I recently wrote about the temporary community that rapidly developed among the 1300 passengers on our month long cruise in the Pacific, and said I would have more on that later. Welcome to later.
What surprised me was the ease and speed of community formation. Some were organized by ship’s staff around shared interests such as bridge, trivia and exercise. Others were spontaneous but developed in venues, such as the pool and theme oriented bars, designed for that to happen.
In a sense there were three distinct community groups on board. First was the permanent crew of the navigation, deck, engineering and hotel departments. They are Holland America employees, most having, or intending to have, long careers with the company. Second was the temporary crew of entertainers and spa and gym staff. Their time aboard is comparatively short and they are not likely to make a career out of serving on cruise ships. Third was the boatload of passengers who, on a cruise as long as this one, quickly formed their own distinct community. What I want to discuss is the passenger community.
Most people have asked us about the average age of the passengers. Considering that it was a month long voyage on a somewhat smaller ship that prides itself on a certain subdued dignity, the passengers were almost all retired with equal distributions of passive, active, physically fit, less physically fit, and females outnumbering males by some small amount. They were almost all white. More were from western North America, but there was a large contingent of east coasters and a few midwesterners. Some people were on their trip of a lifetime. Some claimed to have been on 20 or more cruises. Others were frequent world travelers, but not regulars on cruises. My unverified guess is that the average age was about 75.
Cabin class was not a significant factor in community formation or recognition of status. With one exception all public spaces and services are equally available to all regardless of cabin class. Unless you are rude enough to ask, how much someone paid or what class of cabin they occupied was irrelevant. A deck devoted to the largest staterooms with a private lounge and concierge had no bearing on anything else going on, and it was accessible to anyone who wanted to wander through. There was one other anomaly. One group of passengers were members of a travel group that buys up unsold cabin space at the last minute for “cut rate” prices. They spent the first week together with a certain celebratory smugness about how clever they were to get such a deal. Some people opted for evening dining at one of two fixed seatings, which meant that they spent each night dining with the same people. Others preferred to take their chances with open seating. That was our choice, which meant that we got to meet many others at random tables of four, six or even eight.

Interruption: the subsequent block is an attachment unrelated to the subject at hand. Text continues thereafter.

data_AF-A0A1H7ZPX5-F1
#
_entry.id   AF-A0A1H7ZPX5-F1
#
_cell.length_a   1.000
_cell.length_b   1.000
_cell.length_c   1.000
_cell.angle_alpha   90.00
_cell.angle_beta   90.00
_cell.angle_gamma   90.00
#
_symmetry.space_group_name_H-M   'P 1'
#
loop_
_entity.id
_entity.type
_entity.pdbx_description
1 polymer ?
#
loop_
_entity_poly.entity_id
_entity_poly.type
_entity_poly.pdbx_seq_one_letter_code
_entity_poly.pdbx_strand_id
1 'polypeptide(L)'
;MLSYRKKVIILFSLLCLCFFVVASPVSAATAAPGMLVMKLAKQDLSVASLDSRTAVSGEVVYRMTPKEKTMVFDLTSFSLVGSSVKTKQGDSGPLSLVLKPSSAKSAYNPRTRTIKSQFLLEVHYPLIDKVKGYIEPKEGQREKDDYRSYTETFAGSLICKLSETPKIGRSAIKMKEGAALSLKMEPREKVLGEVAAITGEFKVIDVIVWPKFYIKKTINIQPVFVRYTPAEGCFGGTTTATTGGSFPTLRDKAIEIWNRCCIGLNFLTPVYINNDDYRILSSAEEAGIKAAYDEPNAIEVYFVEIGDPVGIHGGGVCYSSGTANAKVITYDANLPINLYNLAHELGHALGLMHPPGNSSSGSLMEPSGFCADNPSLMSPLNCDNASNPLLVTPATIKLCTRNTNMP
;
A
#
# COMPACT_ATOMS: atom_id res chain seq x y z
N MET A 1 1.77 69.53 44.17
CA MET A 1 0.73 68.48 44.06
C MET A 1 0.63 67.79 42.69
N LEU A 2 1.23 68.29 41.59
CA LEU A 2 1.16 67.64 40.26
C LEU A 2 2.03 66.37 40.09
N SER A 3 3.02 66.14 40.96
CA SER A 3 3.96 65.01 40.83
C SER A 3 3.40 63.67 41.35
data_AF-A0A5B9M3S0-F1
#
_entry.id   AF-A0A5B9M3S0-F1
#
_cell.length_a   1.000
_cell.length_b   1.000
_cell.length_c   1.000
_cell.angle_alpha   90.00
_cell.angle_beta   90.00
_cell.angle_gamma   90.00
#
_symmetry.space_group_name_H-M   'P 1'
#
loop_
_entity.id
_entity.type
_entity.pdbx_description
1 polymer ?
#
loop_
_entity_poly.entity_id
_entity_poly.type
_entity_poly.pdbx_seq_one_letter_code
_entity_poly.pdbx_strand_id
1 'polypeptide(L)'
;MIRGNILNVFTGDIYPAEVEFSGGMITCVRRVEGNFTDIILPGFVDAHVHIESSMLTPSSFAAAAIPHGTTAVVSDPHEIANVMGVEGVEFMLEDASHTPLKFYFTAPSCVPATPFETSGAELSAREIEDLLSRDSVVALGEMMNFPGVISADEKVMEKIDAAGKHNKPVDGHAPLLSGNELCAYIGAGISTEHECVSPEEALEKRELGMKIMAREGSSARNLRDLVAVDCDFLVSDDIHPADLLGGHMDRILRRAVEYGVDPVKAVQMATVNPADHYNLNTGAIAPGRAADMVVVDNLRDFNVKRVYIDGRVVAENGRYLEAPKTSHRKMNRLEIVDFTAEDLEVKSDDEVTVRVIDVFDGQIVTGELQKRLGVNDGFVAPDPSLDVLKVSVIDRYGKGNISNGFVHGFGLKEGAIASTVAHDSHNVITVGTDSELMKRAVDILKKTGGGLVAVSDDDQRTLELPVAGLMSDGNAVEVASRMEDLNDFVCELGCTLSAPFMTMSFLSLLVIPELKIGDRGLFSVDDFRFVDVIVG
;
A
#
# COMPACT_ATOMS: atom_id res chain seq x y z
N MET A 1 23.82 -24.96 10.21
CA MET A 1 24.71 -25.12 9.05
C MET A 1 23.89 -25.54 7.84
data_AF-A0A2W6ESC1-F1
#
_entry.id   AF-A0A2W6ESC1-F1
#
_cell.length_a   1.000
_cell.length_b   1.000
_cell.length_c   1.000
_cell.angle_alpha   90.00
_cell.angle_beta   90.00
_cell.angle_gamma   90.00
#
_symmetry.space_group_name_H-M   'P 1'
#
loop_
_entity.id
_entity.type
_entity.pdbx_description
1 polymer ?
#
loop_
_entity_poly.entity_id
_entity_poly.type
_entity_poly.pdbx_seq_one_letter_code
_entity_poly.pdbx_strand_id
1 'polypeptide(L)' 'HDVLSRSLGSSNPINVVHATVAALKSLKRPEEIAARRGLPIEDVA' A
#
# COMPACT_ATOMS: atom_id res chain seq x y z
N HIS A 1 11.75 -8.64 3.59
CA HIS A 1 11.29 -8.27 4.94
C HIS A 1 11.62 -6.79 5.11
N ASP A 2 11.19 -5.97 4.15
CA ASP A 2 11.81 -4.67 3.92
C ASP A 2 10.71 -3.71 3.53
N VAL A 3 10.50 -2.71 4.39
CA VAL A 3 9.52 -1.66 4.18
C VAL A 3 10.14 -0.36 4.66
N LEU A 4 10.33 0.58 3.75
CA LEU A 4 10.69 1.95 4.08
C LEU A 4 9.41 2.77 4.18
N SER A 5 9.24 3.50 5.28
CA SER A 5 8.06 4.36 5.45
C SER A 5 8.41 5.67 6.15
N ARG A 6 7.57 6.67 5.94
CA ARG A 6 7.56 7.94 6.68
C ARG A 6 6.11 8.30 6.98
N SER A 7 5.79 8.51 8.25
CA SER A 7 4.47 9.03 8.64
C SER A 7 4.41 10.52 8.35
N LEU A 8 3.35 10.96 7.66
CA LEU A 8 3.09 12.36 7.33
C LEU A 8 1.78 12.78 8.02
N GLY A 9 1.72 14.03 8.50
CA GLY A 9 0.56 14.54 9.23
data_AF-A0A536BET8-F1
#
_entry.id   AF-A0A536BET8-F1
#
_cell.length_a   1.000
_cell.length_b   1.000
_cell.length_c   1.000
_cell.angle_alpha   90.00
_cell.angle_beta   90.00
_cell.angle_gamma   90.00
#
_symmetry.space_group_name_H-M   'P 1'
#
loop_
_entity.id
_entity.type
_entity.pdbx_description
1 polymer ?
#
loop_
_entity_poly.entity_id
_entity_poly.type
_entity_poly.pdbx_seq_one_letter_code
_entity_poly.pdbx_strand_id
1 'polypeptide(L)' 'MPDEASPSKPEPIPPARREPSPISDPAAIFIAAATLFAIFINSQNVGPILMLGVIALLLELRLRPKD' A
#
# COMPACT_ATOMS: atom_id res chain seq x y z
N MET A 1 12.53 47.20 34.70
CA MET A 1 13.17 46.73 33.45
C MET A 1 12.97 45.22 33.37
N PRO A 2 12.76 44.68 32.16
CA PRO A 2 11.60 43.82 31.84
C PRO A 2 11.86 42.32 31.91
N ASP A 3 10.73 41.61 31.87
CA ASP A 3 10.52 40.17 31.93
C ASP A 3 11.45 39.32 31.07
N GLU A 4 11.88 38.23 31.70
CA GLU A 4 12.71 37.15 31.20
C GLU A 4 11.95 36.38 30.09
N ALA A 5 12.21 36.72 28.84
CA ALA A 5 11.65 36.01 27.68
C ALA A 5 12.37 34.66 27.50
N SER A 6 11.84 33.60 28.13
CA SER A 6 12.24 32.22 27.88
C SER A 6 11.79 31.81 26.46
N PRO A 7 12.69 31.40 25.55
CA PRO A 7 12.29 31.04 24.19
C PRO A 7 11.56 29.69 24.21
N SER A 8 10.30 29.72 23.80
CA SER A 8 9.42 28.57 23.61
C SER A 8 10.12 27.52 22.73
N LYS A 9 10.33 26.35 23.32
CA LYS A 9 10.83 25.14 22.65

Like any community, passengers tended to congregate in something like affinity groups, some of which were organized and quickly came into being. The bridge players were undoubtedly the first to find each other and form bonds that extended throughout the day and voyage. Other instantaneous groups such as Friends of Bill W, daily worship services, bingo enthusiasts, trivia nuts, etc., enabled people to meet each other and possibly develop friendships that could extend to other parts of the day or trip.
In a more organic way, groups tended to form around those who spent much of their day around the pool, in the hot tubs, on the aft deck, or gathering in one of the bars for drinks, music or dancing. I imagine that each of these venues was designed not only for certain activities but also to creation the conditions in which spontaneous communities might come into being. Moreover, on a longer voyage such as this, the role of the cruise director has much to do with facilitation, monitoring and aiding the formation of community.
The point is that small group social bonds and friendships came into being that recognized their place in and connection to the larger community of shipboard life. To be sure, people could not go elsewhere for community. Either they found it aboard, or they didn’t find it at all. Small group leaders emerged, not without some bumping and shoving, in many ways. Those with strong, assertive personalities were the first to make their play, but it all depended on whether anyone was willing to pay attention to them. Skill and knowledge about a particular event or activity generally won out. As important was the ability to find ways to welcome others into the group and make a place for them.
I wondered if there were any observations that could be applied to congregations. Mega churches seem to have discovered how to engineer conditions under which community can be formed, but I’m more interested in the small congregations that populate most places. How could we be more intentional about designing and maintaining venues leading to spontaneous community development? How could we be more intentional about organizing affinity oriented activities that would attract persons into community? How could we more creatively understand how our congregations are subsets of the larger community in which we are located? How could we free lay persons to explore their full potential as leaders without having to chair committees or serve on councils? Most important, how could we better do all of this so that everything points toward God? It seems to me that the week’s principle worship service is key. It sets the tone and expectations for everything else. So what sort of tone and expectations emanate from it?